LOS ANGELES (Reuters) - Rapper Sean "Diddy" Combs debuted a comedy spoof of himself appearing in his "favorite show of all time," British period drama "Downton Abbey," on Thursday after teasing fans that he was joining the Emmy-winning show's cast.
"Downton Diddy," hosted on comedy video website funnyordie.com, saw the music mogul adding himself to scenes from the first three seasons of the hit British drama, playing self-created character Lord Wolcott.
Diddy, 43, led into the clip with the news that "Downton Abbey" would be adding its first black cast member in its fourth season, saying that he had already "broken down that barrier" as Wolcott.
The almost five-minute clip shows Diddy in character in different scenes with the show's main cast, the aristocratic Crawley family and their bevy of servants.
"Downton Abbey" is broadcast on Britain's ITV and on public broadcaster PBS in the United States, where the show has become PBS's most-watched series. It drew a PBS-record 7.9 million viewers for the third season U.S. premiere in January.
The rapper set social media abuzz on Wednesday after tweeting his 8.7 million followers that he was going to become a regular on the show.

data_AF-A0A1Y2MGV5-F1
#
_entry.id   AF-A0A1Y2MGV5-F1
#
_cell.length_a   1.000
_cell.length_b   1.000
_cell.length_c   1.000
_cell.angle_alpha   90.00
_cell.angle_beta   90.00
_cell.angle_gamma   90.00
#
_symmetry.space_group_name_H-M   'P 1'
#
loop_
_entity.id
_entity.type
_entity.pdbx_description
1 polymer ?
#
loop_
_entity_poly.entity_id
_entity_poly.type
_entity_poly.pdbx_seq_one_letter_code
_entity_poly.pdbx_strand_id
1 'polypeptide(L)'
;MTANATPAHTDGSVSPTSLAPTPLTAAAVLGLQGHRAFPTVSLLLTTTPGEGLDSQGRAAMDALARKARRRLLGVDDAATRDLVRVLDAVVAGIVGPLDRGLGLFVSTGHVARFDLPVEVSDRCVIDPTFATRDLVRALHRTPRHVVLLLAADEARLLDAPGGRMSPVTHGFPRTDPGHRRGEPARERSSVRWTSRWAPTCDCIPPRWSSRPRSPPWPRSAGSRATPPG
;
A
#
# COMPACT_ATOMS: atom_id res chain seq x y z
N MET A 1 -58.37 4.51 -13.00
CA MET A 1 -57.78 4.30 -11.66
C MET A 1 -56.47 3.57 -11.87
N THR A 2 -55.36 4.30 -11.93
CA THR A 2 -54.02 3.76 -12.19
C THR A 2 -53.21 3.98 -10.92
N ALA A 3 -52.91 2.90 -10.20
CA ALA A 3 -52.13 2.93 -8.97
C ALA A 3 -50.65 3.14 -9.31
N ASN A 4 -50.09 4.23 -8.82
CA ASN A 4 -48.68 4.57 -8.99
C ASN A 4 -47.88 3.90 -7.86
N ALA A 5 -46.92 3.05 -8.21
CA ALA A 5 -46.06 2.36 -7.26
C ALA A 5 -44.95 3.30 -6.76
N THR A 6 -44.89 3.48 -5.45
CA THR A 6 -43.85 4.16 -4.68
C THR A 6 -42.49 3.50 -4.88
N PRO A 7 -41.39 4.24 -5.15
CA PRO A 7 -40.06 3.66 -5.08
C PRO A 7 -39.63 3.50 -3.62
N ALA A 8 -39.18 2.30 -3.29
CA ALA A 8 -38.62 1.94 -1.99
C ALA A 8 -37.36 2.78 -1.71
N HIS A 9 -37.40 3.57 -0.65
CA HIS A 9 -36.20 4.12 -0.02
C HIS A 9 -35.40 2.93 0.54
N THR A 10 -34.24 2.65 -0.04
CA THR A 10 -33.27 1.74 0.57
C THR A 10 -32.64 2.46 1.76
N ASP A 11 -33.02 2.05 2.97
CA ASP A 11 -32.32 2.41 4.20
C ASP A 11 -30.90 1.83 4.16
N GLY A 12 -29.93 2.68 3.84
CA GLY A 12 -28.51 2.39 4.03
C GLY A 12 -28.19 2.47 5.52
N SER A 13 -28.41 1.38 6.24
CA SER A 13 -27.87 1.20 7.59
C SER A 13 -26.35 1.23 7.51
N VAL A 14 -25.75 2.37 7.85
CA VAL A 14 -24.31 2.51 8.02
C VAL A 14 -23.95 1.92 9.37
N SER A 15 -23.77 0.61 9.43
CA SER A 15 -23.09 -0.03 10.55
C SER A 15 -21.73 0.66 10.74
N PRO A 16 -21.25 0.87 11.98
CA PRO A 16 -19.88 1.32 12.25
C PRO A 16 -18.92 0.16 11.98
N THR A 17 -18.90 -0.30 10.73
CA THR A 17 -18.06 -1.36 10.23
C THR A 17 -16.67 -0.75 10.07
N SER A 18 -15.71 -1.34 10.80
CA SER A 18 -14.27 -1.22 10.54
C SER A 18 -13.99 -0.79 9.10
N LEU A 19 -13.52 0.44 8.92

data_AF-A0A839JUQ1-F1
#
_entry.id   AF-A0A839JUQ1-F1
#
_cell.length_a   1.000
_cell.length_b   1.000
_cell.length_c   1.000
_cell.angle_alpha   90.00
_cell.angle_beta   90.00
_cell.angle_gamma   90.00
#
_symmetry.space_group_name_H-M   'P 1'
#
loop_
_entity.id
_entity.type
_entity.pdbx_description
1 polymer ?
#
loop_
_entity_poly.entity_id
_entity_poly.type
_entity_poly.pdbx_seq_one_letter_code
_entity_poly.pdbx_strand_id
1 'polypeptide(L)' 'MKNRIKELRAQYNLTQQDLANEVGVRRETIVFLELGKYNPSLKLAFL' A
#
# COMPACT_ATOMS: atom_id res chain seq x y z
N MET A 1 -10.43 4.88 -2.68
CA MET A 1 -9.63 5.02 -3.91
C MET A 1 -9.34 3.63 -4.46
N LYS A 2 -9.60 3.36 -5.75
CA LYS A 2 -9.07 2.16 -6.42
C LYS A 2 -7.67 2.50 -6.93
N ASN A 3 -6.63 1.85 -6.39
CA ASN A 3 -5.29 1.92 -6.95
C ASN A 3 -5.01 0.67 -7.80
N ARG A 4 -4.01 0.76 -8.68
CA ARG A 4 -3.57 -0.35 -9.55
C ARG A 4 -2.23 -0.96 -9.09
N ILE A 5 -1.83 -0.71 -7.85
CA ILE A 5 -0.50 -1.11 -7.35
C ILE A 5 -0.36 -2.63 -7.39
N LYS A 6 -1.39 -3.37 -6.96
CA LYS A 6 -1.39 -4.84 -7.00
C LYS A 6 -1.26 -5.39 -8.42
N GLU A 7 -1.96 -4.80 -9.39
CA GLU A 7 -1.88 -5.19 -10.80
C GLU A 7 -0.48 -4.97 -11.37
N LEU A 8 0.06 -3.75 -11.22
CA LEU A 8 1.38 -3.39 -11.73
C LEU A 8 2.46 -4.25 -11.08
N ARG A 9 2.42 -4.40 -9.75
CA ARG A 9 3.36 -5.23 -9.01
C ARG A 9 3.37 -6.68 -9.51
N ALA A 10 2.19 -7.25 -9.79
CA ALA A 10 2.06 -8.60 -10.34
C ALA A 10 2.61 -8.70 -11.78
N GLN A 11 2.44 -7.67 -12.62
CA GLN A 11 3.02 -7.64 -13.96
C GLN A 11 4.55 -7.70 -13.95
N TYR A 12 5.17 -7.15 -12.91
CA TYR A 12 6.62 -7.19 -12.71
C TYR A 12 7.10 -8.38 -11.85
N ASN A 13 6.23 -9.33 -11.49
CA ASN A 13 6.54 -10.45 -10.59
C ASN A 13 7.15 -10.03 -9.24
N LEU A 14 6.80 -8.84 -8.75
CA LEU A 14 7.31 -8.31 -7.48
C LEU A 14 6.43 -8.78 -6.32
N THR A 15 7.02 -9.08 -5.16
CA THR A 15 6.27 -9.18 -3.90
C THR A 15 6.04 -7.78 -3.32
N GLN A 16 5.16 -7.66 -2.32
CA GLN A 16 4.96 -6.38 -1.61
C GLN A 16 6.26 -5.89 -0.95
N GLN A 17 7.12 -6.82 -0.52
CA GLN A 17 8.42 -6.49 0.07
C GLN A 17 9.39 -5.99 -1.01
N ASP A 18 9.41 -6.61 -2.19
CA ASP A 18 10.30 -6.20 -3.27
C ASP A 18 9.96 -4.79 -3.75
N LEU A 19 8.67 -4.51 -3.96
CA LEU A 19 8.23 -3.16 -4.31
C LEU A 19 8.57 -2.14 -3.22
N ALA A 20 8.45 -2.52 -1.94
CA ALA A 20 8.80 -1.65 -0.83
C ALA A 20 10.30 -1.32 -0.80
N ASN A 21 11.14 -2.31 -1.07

A PBS spokeswoman said on Thursday the network did not know about the spoof video in advance. The spokeswoman had said on Wednesday that Diddy's claims on social media were not true.
The cast and production team were all on board, however, with the show's official verified Twitter account posting the video, adding "it seems there is no end to the willing volunteers for a role in #Downton Abbey!"
Diddy rose to prominence in the 1990s for founding New York rap label Bad Boy Records, which helped launch the career of late rapper Notorious B.I.G., and hits including "I'll Be Missing You."
Combs also has a line of clothing and in recent years has taken acting roles, appearing in comedy film "Get Him To The Greek" and FX's cult television comedy "It's Always Sunny in Philadelphia."